Salmon farm setting up in St Mary's Bay is rejected by a coalition made up of various groups. (Photo: Stock File/ecojusticce/FIS)
Cooke Aquaculture faces new legal obstacles
Wednesday, July 13, 2011, 01:30 (GMT + 9)
Cooke Aquaculture is facing further legal action from opponents of its salmon farms in St Mary’s Bay.
A coalition of villages – such as Freeport, Tiverton and Westport -- and environmental and fishing groups including the Atlantic Salmon Federation (ASF) has asked Nova Scotia’s Supreme Court to overturn operating licence approvals recently granted by Fisheries and Aquaculture Minister Sterling Belliveau to Cooke subsidiary Kelly Cove Salmon Ltd.
"It is very unfortunate that opponents to our company and to salmon farming are taking this route, especially the ASF, who at the same time are partnering with our company on several important salmon conservation projects and are benefiting from our expertise in fish health and salmon rearing," stated company spokesperson Nell Halse.
The coalition claims Belliveau was not legally authorised to grant the licences and failed to engage in sufficient public consultation and consider the detrimental impact the farms would have on endangered marine species in the area, The Canadian Press reports.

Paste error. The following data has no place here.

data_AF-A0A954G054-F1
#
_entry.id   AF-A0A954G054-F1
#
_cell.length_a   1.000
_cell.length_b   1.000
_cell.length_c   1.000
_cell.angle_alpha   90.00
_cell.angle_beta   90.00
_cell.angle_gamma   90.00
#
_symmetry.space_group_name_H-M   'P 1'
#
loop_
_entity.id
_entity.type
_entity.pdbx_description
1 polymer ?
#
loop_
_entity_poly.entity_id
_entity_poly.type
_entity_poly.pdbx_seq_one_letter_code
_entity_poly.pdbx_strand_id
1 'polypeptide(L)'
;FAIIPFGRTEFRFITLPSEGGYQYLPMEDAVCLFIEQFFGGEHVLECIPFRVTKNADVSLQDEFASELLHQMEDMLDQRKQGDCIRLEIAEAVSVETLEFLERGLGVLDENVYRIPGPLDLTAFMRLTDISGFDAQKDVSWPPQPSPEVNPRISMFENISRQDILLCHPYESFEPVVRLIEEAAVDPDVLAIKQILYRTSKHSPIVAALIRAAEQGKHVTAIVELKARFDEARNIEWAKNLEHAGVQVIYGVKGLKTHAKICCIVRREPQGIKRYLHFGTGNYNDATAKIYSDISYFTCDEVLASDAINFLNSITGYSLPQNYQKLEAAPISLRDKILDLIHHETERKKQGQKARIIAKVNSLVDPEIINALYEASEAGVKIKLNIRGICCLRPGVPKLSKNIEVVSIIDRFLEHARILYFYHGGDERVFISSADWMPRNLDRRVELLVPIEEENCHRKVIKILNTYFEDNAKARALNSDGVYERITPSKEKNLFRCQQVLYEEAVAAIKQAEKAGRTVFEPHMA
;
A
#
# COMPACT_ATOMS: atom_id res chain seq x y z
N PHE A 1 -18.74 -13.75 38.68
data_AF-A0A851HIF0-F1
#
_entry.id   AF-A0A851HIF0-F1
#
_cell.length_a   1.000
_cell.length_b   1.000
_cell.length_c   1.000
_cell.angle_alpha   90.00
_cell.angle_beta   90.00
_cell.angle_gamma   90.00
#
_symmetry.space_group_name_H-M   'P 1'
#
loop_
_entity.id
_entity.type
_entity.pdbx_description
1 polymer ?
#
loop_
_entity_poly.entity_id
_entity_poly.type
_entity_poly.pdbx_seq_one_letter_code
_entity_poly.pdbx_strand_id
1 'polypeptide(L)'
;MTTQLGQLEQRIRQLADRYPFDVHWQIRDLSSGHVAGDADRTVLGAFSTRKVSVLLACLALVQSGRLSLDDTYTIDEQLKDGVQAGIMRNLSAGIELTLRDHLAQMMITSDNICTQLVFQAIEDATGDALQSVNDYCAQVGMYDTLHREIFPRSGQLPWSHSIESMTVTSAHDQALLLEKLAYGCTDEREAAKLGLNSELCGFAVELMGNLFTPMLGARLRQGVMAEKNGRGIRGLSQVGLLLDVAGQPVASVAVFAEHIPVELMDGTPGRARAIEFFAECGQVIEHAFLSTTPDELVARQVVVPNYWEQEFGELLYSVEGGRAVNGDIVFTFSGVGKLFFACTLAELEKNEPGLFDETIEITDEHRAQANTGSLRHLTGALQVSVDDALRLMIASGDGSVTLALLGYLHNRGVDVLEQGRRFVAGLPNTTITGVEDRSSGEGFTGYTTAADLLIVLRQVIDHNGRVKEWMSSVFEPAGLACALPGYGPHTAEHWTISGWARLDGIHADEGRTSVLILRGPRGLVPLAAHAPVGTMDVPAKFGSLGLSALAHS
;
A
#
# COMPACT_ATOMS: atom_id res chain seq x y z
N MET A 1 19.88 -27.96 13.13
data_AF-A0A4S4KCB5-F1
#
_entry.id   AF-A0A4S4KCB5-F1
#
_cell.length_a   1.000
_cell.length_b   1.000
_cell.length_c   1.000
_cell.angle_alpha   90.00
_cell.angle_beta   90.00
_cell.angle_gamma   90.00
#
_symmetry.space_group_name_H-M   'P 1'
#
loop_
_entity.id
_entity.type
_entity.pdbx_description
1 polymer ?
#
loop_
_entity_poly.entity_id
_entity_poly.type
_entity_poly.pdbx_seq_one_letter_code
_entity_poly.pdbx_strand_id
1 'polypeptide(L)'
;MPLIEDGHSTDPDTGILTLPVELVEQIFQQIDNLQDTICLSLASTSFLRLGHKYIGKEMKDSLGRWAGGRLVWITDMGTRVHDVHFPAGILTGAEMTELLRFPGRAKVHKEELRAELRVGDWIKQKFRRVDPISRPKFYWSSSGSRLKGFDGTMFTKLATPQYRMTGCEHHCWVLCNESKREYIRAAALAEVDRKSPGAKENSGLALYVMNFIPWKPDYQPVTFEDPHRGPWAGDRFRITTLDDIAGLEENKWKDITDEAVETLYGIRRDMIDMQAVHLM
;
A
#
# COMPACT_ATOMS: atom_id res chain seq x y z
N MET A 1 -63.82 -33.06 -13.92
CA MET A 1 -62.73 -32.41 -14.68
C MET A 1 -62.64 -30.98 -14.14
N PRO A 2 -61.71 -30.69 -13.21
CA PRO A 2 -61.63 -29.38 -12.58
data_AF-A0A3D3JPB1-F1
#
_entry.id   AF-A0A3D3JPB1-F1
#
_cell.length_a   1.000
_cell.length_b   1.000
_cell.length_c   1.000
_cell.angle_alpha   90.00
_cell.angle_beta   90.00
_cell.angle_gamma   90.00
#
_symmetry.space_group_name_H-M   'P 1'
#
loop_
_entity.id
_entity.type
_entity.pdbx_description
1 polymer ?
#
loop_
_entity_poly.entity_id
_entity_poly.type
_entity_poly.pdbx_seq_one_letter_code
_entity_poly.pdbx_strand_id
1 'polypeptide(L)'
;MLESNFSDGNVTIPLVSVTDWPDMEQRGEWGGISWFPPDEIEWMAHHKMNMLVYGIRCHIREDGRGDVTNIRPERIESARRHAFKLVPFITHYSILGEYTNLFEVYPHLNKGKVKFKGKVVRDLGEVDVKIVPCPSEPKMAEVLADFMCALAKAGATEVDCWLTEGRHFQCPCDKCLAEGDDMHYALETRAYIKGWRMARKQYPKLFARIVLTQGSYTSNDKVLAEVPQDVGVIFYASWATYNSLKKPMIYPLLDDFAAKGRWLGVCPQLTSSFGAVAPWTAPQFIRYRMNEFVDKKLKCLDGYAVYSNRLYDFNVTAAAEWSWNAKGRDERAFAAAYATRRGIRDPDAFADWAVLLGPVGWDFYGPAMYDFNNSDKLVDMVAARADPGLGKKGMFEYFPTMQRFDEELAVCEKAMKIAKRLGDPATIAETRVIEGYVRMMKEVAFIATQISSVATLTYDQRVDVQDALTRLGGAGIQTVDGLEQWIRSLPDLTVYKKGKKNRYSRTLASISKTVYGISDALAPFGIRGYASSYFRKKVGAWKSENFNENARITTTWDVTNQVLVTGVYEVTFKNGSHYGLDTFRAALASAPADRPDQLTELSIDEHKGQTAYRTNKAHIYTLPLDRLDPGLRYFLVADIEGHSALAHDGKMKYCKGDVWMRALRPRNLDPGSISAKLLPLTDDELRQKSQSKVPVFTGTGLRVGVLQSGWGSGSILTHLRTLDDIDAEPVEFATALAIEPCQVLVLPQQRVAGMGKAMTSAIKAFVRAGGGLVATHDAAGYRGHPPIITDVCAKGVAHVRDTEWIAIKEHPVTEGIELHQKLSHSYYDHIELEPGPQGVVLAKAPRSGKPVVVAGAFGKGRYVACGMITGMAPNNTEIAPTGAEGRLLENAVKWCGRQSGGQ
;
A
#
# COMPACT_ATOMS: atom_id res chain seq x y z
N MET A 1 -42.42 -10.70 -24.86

They argue that the farms would destroy local tourism and traditional fishing industries plus jeopardise endangered species like the North Atlantic right whale and the wild Atlantic salmon.
Cooke’s would be Nova Scotia’s largest fish farm and stock some 2 million fish in lobster-rich fishing waters, reports Times & Transcript.
Cooke’s opponents also asked the court to put Belliveau’s decision on hold until the appeal’s outcome arrives.
Halse noted that the aquaculture company has already filled one of the farms with fish.
"We are proceeding with construction of the second one," she said. "We are also in the process of hiring new staff and should have 16 new employees by the end of the month."
Cooke abided by all necessary procedures to acquire the licences and cooperated fully with government science and environmental assessments and consultation processes, she assured.
Halse added that the firm enjoys copious support in Digby and Shelburne, where it intends to place three more farms and build a processing plant.
"We recently commissioned a poll by Corporate Research Associates Inc and it indicated a high level of support for the further development of the aquaculture industry in Nova Scotia," she said.
The poll found that 27 per cent of Nova Scotians completely supported aquaculture and 46 per cent mostly supported it. Also, that 27 per cent knew that fish farming provides half of the world’s consumable seafood but 58 per cent realised that it brings jobs to rural Nova Scotia, Halse specified.
She pointed out that Cooke has been working in Atlantic Canada for 25 years and was recently awarded certification to an internationally recognised eco-label.
"Our commitment remains to working with the communities so that our investments benefit local people, while protecting the marine environment and existing fisheries," Halse asserted.
- Environmentalists, fishers affront approval of salmon farming sites
- Nova Scotia controversially approves plans for two salmon farms
By Natalia Real